Shields continues road success in Cleveland

Righty fans nine over six; Moustakas, Hosmer lead 13-hit attack

Shields continues road success in Cleveland

CLEVELAND -- On the road again, just can't wait to get on the road again. That's James Shields for you.

Since joining the Royals, Shields has become quite the happy traveling troubadour with a dozen victories away from Kansas City. His latest win came over the Indians, 8-2, with Mike Moustakas pounding a three-run homer and Eric Hosmer going 4-for-5 on a chilly Tuesday night at Progressive Field.

Shields went six innings in his 22nd road start since being acquired by the Royals before last season. In addition to a 12-4 record, he has a 2.07 ERA on the road. By contrast, at Kauffman Stadium he's 3-7 in 17 starts with a 4.18 ERA.

This was his fourth road start this season.

"I've been feeling comfortable on the road," Shields said. "What have I got -- five games under my belt now and four of 'em on the road? And I think I had five out of six games on the road in Spring Training, too, so I'm getting used to pitching on the road."

As a bonus, Shields' nine strikeouts gave him 21 in his last two starts, most in back-to-back outings by a Royals pitcher since Zack Greinke struck out 23 on Aug. 19 and 25, 2009, his American League Cy Young Award year. Shields had six of his strikeouts in his last two innings.

All that despite Shields' admission that he didn't have his best stuff going and Indians manager Terry Francona had his hitters making him work hard.

"I was telling the guys that was vintage Francona over there. He makes all the pitchers work," Shields said. "Those guys did a great job. Every time I face these guys, they give me a battle. They work the count, they go deep in the count."

Shields had a workload of 106 pitches in his six innings.

"They did make him work," said manager Ned Yost, "and he started to labor a little bit right at the end of the sixth, his pitch count got up but nine punchouts and combine that with what he did his last start, that's pretty impressive work."

After Shields left, Danny Duffy worked two innings, giving him 8 1/3 shutout innings since joining the bullpen, and Aaron Crow added a scoreless ninth.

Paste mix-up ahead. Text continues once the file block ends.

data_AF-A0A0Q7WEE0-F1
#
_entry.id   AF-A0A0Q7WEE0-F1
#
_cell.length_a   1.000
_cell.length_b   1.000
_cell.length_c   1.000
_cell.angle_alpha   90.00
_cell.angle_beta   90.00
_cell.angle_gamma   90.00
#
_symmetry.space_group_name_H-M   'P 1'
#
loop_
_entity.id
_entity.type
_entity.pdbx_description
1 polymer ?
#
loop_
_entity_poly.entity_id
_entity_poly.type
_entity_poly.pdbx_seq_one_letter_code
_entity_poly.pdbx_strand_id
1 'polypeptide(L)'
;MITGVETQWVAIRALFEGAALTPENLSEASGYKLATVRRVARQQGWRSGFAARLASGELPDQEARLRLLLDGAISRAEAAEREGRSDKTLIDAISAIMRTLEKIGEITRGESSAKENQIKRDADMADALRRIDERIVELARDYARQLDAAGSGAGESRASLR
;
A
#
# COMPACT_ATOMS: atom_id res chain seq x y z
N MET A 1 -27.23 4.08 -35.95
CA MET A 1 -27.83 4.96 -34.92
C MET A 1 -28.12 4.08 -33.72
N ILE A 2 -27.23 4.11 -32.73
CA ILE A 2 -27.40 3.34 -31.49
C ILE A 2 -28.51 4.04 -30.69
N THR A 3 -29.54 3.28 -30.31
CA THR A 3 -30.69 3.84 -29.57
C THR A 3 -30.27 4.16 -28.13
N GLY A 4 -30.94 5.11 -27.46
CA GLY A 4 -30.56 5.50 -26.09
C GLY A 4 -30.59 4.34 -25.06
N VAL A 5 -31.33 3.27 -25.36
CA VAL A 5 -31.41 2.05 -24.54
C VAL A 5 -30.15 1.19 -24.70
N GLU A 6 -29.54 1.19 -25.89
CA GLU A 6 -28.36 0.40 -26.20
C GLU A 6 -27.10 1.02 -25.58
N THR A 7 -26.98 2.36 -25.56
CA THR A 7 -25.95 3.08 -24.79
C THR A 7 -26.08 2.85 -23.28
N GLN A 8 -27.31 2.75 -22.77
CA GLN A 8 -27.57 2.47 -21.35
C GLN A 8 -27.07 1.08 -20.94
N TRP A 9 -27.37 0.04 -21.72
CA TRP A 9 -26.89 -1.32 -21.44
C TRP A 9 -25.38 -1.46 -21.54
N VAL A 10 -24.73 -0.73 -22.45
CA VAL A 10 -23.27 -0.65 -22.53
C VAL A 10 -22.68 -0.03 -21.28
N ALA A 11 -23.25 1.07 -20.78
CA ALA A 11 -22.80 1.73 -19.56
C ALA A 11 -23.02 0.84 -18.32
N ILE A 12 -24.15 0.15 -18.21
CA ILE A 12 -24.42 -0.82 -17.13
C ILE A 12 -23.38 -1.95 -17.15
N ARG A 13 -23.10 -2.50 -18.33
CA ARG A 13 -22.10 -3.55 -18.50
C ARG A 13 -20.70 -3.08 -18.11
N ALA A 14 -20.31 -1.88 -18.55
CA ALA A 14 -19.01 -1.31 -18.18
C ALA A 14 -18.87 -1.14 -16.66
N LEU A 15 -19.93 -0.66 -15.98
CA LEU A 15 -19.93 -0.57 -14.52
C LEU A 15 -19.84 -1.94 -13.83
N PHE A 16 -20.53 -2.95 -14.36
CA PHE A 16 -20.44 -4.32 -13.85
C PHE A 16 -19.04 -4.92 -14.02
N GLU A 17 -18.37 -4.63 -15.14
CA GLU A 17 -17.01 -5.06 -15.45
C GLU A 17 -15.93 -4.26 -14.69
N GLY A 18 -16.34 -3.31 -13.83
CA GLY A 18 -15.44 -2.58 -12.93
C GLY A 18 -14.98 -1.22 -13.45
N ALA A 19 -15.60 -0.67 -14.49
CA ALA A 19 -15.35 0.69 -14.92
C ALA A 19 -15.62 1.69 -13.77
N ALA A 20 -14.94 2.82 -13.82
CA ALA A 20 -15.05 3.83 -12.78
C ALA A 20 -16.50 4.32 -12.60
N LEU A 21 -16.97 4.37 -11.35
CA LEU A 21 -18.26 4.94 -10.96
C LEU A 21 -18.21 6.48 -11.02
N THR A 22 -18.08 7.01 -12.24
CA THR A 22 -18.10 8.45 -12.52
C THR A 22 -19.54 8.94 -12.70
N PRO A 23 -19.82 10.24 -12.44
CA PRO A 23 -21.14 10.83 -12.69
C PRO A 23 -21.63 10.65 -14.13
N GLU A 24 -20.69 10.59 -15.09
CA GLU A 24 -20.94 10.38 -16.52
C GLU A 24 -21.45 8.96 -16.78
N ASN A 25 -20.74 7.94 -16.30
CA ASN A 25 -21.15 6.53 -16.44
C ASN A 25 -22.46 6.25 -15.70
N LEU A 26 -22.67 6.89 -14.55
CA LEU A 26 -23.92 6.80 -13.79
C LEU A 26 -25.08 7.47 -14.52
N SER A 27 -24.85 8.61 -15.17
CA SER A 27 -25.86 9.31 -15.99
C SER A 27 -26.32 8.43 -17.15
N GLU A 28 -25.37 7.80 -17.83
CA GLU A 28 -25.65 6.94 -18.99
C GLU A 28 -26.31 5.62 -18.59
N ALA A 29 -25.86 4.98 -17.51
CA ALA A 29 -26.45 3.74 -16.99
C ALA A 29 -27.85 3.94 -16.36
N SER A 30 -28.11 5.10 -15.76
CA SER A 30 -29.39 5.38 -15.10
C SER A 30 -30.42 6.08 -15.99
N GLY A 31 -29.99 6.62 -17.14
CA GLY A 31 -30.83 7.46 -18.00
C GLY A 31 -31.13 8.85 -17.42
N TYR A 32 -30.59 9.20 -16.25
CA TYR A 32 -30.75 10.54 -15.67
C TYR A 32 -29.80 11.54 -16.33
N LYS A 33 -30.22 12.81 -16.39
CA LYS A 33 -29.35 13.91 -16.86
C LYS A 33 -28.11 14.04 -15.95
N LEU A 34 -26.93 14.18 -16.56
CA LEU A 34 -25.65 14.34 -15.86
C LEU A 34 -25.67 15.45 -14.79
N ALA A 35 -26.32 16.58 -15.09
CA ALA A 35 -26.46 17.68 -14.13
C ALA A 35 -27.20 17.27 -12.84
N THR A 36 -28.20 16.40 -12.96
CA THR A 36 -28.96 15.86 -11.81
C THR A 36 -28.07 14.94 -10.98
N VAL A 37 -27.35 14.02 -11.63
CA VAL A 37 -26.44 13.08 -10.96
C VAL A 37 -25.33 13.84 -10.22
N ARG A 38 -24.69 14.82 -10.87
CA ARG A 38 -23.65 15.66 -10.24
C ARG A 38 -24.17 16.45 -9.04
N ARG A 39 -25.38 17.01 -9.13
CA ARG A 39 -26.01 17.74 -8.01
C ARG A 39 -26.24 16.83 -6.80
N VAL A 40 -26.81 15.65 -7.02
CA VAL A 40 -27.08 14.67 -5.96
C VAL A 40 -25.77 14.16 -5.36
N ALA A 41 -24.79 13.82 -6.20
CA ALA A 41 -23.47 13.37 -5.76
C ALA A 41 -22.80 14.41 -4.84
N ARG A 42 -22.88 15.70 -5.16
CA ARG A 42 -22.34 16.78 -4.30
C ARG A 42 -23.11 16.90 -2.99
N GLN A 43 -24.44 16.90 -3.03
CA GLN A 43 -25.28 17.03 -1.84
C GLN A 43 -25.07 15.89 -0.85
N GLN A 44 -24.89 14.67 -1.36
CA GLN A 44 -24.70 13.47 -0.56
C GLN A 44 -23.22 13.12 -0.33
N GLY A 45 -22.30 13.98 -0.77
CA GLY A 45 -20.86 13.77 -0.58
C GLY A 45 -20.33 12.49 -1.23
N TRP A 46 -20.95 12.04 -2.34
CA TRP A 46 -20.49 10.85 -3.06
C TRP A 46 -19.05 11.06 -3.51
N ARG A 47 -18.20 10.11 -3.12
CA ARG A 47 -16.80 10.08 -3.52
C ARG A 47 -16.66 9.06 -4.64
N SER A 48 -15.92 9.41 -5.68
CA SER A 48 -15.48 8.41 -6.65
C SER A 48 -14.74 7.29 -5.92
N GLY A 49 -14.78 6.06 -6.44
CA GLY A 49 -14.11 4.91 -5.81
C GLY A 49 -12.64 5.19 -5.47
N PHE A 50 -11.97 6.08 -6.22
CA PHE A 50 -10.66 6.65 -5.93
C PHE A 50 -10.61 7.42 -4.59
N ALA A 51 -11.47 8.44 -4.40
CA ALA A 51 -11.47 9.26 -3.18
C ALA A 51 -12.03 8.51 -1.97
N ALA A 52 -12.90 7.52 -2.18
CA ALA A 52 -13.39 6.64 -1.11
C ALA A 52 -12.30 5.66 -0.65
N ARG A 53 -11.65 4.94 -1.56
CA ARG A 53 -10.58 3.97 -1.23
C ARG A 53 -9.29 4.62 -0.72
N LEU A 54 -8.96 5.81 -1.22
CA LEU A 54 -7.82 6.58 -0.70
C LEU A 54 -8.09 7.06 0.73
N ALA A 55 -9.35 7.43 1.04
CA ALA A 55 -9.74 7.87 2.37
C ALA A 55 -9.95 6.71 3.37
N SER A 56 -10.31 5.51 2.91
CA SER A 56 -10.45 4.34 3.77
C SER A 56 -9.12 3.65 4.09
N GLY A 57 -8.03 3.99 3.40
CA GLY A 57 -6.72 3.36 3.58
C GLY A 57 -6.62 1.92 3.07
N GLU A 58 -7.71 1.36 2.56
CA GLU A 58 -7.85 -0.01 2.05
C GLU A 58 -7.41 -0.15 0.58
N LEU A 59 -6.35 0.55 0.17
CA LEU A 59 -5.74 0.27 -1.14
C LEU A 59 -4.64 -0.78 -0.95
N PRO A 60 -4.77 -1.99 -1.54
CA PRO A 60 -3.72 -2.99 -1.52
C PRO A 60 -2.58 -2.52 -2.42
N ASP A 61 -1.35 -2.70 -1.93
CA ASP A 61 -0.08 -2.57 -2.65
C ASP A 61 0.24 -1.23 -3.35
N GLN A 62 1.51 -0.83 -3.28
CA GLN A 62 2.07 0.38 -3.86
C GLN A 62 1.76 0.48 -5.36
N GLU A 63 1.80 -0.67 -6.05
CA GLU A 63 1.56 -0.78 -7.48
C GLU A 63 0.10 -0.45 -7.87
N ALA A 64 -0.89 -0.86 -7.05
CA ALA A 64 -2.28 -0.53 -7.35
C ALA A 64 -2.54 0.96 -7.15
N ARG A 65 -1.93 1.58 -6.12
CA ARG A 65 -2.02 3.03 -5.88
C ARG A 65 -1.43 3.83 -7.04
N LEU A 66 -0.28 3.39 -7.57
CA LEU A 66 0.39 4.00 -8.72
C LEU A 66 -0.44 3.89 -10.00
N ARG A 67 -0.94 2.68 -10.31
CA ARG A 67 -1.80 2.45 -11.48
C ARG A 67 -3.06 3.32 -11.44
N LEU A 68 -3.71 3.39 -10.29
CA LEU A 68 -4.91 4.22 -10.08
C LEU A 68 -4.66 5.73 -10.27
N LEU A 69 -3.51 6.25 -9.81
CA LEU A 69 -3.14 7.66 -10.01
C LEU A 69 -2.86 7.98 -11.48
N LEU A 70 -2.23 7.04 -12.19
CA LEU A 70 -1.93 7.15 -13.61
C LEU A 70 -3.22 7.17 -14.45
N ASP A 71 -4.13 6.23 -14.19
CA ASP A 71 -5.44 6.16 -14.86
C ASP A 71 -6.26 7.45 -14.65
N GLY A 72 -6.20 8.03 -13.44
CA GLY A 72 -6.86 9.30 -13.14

Moustakas' three-run blast ignited a four-run fourth for the Royals. He connected against right-hander Danny Salazar, who had just thrown three hitless innings.

"He's a great pitcher, he's got a lot of good stuff and his pitches are electric," Moustakas said. "We were able to get to him that inning, and when you put up a couple of runs with Shields on the mound, it's a tough task for any team to battle back."

Hosmer and Billy Butler launched the inning with back-to-back singles and waited while Alex Gordon fouled out and Salvador Perez fanned. On Salazar's 1-1 pitch, Moustakas sent a 405-foot shot soaring into the right-field stands.

It was just the seventh home run for the Royals this season, but the third for Moustakas.

In hindsight, Salazar thought perhaps he was tipping his pitches and perhaps Moustakas knew a changeup was coming.

"He maybe didn't know, but maybe he was ready for that pitch," Salazar said. "That was a mistake [by] me of throwing it. I should've thrown a fastball outside or something. Not back-to-back changeups."

Alcides Escobar followed with a single, then stole second and went to third as catcher Yan Gomes' peg sailed into center field. Jarrod Dyson dropped a bunt along the first-base line and was safe easily as Escobar scored for a 4-1 lead. After that it was just a matter of tacking on insurance runs.

Salazar's evening ended with back-to-back doubles by Hosmer and Butler off the wall in the fifth. The Butler belt, to dead center field, came within inches and a touch of Michael Bourn's glove from being his first home run.

"I thought me and Hoz both did it. I'll get one eventually," Butler said.

The Royals finished with 13 hits, matching their season high for a game, indicating that perhaps the offense is coming around after a slow start.

"You knew it would sooner or later, the offense is just too good. We've got too much faith in these guys as an offensive unit," Yost said. "The first three innings, Salazar was nails. His split was tough. Moose finally got a split that was hanging a little bit up, and just drove it into the seats."

Hosmer had two of his four hits off Salazar.

"We know any time that Shields is on the mound, we know we've got to do what we can to produce any kind of runs because we know it's not going to take many runs when he's on the mound," Hosmer said. "So after that big swing from Moose, it just kind of loosened everybody up to play with a lead and play comfortable."

For his part, Shields feels that the Royals are getting all phases of their game in sync.

"I think the hitters are starting to get it going here," Shields said. "And our defense is playing phenomenal right now and I think that kind of gets overlooked quite a bit. It's nice to play well in all facets of the game."

He modestly didn't mention that the pitchers are doing all right, too, with the second-best ERA in the AL.

Dick Kaegel is a reporter for This story was not subject to the approval of Major League Baseball or its clubs.